Molding Pectin Gummies 

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The Struggle:

We get the question all the time, is there a way to make pectin gummies that are set into individual molds? And I won’t lie, for a long time I thought it was nearly impossible to do without very expensive, very specialized equipment. Then about two weeks ago I had an idea. What if there’s a way to introduce acid after the process? Through a very simple process we were able to find a way to make pectin gummy set into individual molds that anyone can do. 

Pectin requires a large amount of sugar, water, and acid, without one of these three ingredients the mixture will not set. Most recipes that do not use boxed pectin still require that the acid be added to the mixture towards the end of the process. This reaction turns the mixture from fluid to solid within 1-2 minutes. All of these factors make pectin gummies nearly impossible to place into individual molds. 

“What’s the secret to setting pectin gummies into individual molds?” 

Spray It, Don’t Say It.

The technique for setting pectin gummies into individual molds is surprisingly simple, but unintuitive given conventional recipes. The cooking of the pectin gummies remains the same – sugar, water, color and flavoring are heated to 240°F. Citric acid is mixed with water to make an acidic solution, we prefer a 3:1 ratio of water to citric acid. The acidic solution can then be sprayed directly into the molds using a spritz bottle. As long as the interior of the molds has a good coating this should work. If you are looking for something a bit more precise you can use a dropper to add anywhere from 1 ml to 3 ml of the solution to the mold, depending on the size of the gummies.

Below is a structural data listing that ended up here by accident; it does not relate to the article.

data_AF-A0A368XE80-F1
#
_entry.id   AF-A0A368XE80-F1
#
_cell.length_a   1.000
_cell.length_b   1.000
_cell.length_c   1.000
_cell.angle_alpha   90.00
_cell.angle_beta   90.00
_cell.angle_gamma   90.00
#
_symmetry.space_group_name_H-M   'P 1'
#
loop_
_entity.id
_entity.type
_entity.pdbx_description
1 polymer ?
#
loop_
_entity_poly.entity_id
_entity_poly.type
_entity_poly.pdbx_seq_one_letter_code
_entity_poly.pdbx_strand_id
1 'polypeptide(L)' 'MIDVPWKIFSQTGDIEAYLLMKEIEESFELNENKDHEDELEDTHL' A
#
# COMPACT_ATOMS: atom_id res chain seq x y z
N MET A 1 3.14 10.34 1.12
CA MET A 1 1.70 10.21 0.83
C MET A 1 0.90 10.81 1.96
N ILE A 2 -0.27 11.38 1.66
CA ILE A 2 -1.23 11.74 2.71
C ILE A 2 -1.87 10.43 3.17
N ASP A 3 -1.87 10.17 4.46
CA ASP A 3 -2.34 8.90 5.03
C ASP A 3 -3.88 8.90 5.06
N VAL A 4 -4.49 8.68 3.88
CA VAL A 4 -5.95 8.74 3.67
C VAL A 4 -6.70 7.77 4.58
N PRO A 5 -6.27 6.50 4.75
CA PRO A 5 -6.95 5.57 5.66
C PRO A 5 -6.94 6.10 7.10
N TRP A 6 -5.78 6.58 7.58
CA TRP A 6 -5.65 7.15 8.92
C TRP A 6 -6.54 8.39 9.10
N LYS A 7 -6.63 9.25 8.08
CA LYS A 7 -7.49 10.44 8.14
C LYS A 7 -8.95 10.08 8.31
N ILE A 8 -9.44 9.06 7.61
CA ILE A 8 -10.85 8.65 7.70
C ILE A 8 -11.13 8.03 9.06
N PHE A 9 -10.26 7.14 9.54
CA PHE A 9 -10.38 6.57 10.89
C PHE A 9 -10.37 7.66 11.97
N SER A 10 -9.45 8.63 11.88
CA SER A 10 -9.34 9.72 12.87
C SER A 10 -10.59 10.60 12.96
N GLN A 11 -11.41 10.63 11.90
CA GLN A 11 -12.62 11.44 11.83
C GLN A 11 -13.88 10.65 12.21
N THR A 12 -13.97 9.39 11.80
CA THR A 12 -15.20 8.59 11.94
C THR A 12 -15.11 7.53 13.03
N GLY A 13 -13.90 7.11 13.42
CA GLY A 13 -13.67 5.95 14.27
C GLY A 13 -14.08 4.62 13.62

Since the pectin requires acid to gel, the heated pectin mixture will not set until it is introduced to the acidic solution. You can easily deposit all of the gummies into the molds without fear of them setting prematurely. Once the mixture has been added to the molds you can spray the top with more of the acidic solution. This will help speed up the gelling process. After about two hours the gummies can be removed from the molds and placed on a rack to dry at room temperature. Spray them with another round of the acidic solution before drying. Over time the acid will slowly penetrate through the entire gummy and set it. After about 12 hours the gummy’s can be dusted with sugar or dried further depending on the desired appearance.

This happens to be an extremely easy fix to a frustrating issue faced by many gummy makers. The next time you want to make a gummy that is pectin based, you can use this method to help you set them into individual molds. 

For our delectable pectin gummy recipe click here. Until next time, keep cooking!